It's not much of a surprise, but the biggest snub of the 2022 Tony nominations is Beanie Feldstein for Funny Girl. The most polarizing performance of the year, Beanie has attracted hordes of haters, but also plenty of defenders (I was charmed by her comic timing and palpable vulnerability). I predicted that enough of the nominators would agree with me that she would earn a nomination in the Leading Actress in a Musical category, but they did not.
Beanie is in good company over at the August Wilson Theatre: Funny Girl was not nominated for Best Revival, nor was Ramin Karimloo for his performance as Nick Arnstein, nor was Jane Lynch for playing Mrs. Brice. The single nomination went to Jared Grimes for his portrayal of Eddie Ryan and his remarkable tap routine. Leaving him off the list would have been a crime.
Six: The Musical got a lot of love, with eight total nominations. Unfortunately, none of them went to the six actors who play Henry VIII's six wives, all of whom were eligible for the Leading Actress category. As my colleague David Gordon and I both predicted, the nominators were unable to select one or two of the women to elevate over the others, and putting all six of them in the category must have seemed like a bridge too far when considering all of the other talented musical leads this season. (As it turns out, three is a more acceptable number for this sort of thing, as all three of the actors in The Lehman Trilogy were nominated in the Leading Actor in a Play category, making that a seven-man race.)
The 2021-22 season was an especially good one for new plays, and there were several surprising omissions in the Best Play category: Most shocking to me was Antoinette Chinonye Nwandu's Pass Over, which set the pace for the season by being the first Broadway play to open following the long pandemic shutdown. The nominators decided to completely pass over the play, giving it not one nomination.
I was also surprised by the omission of Lucas Hnath's Dana H. in the Best Play category. It ran in rep at the Lyceum with Tina Satter's Is This a Room (the omission of that one wasn't much of a surprise, as the script was entirely lifted from an FBI transcript). Keenan Scott II's Thoughts of a Colored Man and Douglas Lyons's Chicken and Biscuits were also completely shut out of the Tonys this year, despite having design elements and performances that could have merited nomination. Both productions have been closed for months, however, and memories get fuzzy following the April rush of new show openings.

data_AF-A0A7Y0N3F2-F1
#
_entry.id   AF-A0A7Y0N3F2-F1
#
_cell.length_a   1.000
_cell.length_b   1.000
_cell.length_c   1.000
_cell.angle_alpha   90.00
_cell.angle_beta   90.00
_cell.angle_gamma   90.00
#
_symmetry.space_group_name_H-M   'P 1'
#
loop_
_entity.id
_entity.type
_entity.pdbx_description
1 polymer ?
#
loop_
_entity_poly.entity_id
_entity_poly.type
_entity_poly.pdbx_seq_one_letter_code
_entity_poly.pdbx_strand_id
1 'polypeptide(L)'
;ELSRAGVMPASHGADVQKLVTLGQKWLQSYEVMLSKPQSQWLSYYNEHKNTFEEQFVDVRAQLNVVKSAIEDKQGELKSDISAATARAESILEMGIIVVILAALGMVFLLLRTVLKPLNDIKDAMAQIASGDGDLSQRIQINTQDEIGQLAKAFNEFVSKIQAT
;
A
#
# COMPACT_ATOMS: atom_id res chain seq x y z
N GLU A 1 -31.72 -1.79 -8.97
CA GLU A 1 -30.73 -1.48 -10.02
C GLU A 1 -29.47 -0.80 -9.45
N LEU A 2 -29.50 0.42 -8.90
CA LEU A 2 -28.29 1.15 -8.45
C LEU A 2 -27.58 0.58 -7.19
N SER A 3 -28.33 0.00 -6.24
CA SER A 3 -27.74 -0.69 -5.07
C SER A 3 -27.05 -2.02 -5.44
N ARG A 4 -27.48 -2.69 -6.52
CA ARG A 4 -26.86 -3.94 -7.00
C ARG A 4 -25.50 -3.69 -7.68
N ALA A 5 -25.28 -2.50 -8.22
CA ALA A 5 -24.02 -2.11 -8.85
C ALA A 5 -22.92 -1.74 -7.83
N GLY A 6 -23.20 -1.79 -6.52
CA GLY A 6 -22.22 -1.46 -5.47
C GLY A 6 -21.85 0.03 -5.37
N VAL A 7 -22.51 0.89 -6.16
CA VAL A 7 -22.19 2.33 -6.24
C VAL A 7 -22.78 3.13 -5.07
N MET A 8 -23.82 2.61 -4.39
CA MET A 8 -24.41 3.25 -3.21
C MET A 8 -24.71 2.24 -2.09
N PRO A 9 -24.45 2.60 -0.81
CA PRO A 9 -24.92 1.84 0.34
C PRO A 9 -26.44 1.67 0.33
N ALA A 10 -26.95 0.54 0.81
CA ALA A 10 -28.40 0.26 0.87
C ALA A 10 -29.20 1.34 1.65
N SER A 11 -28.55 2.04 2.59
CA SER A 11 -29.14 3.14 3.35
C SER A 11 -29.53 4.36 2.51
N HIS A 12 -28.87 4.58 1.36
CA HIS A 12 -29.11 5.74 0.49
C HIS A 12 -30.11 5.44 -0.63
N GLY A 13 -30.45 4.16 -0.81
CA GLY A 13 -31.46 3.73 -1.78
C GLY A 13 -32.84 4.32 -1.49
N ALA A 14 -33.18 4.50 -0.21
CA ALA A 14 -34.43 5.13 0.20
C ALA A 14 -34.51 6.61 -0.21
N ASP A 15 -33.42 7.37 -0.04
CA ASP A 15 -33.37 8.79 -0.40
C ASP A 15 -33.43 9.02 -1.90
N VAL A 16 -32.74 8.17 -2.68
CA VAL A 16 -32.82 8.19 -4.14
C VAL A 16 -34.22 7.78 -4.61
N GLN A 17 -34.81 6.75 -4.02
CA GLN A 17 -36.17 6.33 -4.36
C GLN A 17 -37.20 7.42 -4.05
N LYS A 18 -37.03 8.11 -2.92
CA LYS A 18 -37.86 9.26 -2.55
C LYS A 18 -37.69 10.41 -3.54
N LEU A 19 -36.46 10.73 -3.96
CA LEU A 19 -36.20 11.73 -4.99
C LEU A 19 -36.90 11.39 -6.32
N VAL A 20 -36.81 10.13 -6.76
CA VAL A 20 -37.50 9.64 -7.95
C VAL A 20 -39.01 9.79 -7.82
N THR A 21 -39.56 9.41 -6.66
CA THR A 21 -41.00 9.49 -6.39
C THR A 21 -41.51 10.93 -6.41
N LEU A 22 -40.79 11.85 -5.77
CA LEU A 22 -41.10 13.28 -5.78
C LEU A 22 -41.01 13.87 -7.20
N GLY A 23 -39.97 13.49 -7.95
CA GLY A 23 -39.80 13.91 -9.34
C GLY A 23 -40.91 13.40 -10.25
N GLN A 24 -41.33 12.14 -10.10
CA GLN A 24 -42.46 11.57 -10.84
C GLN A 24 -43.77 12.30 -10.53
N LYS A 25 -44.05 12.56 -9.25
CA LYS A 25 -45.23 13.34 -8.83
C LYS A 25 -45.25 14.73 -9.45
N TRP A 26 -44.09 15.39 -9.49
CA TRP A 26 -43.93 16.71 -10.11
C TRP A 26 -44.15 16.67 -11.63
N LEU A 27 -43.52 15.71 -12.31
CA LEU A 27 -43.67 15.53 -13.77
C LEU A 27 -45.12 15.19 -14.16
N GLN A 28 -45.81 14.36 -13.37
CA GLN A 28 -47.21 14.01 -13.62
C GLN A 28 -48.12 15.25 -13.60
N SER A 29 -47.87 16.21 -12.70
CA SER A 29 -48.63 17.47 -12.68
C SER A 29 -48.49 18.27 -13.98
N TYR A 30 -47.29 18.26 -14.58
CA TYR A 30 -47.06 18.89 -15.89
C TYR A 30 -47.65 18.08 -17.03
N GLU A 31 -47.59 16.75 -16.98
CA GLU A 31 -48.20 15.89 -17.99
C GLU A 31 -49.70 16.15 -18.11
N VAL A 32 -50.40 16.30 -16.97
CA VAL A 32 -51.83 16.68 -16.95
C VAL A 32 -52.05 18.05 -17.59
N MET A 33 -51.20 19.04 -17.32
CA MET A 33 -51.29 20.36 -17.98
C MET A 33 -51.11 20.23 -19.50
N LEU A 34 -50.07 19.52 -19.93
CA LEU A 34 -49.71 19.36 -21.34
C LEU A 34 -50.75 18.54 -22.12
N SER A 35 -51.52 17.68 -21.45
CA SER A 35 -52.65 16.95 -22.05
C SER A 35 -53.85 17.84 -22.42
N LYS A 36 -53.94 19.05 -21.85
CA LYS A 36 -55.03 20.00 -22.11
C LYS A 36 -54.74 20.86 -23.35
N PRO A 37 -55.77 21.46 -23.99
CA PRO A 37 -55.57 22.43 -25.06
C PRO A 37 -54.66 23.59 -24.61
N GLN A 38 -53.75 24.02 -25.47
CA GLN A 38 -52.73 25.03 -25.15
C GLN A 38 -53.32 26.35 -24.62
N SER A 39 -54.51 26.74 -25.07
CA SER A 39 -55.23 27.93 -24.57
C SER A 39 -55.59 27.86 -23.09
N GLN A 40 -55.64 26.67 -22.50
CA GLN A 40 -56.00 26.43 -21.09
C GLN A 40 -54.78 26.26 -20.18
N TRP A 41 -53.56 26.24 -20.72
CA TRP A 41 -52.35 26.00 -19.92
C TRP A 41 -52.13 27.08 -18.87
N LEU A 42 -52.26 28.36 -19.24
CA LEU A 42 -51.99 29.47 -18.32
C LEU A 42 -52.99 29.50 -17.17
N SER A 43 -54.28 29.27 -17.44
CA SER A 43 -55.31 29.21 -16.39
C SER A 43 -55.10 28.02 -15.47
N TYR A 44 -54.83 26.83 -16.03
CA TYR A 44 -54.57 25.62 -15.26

One play that is very much open but was completely snubbed is Noah Haidle's Birthday Candles, which I found touching. It seems the Tony nominators were not as moved, though: The show got nothing, not even for lead actress Debra Messing.
I was surprised that Lincoln Center Theater's monumental revival of Thornton Wilder's The Skin of Our Teeth did not receive a nomination for Best Revival of a Play, but it did receive six other nods, including for director Lileana Blain-Cruz, actor Gabby Beans, and set designer Adam Rigg (who built a three-story fun slide onstage). The fifth slot in the Best Revival category instead went to Neil Pepe's production of American Buffalo, which neither my colleague not I predicted, despite the production being very good. It's just another reminder that we in the New York theater cannot ignore David Mamet, no matter how much we would like to.
The nominators were able to ignore Daniel Craig for his leading role in Shakespeare's Macbeth. That revival only received three nominations: Ruth Negga for her performance as Lady Mac, Jane Cox for lighting, and Mikaal Sulaiman for sound. Director Sam Gold was conspicuously (and rightfully) not nominated.
Sarah Jessica Parker is another bold name glaringly absent from the nominees list. While she gave a solid performance with some startlingly effective choices in the revival of Neil Simon's Plaza Suite, and she is arguably in league with Hugh Jackman and Billy Crystal (both nominated) when it comes to luring audiences back to Broadway, the nominators were not impressed enough to throw her a nomination. Plaza Suite only got a single nod, for Jane Greenwood's retro costumes.
I know that there are a lot of Diana stans out there, and they might be disappointed to learn that the musical about the late Princess of Wales only received one nomination, for William Ivey Long's magnificent costumes. But really, becoming the next cult classic musical, available worldwide on Netflix, is a reward more valuable than 10 Tonys.
Another show in the single-nom club is Mrs. Doubtfire: Unsurprisingly, the one nomination went to Rob McClure, the hardest-working guy on Broadway, who plays the title role. If he wins, it will be well-deserved, as he is the only real reason to see that show.
Personally, my money is on Jaquel Spivey, who is leading the cast of A Strange Loop (11 noms) in his Broadway debut. If he wins the Tony for Best Performance by an Actor in a Leading Role in a Musical, he will beat Billy Crystal and Hugh Jackman, two of the biggest box office draws of this century — not bad for a first gig out of college.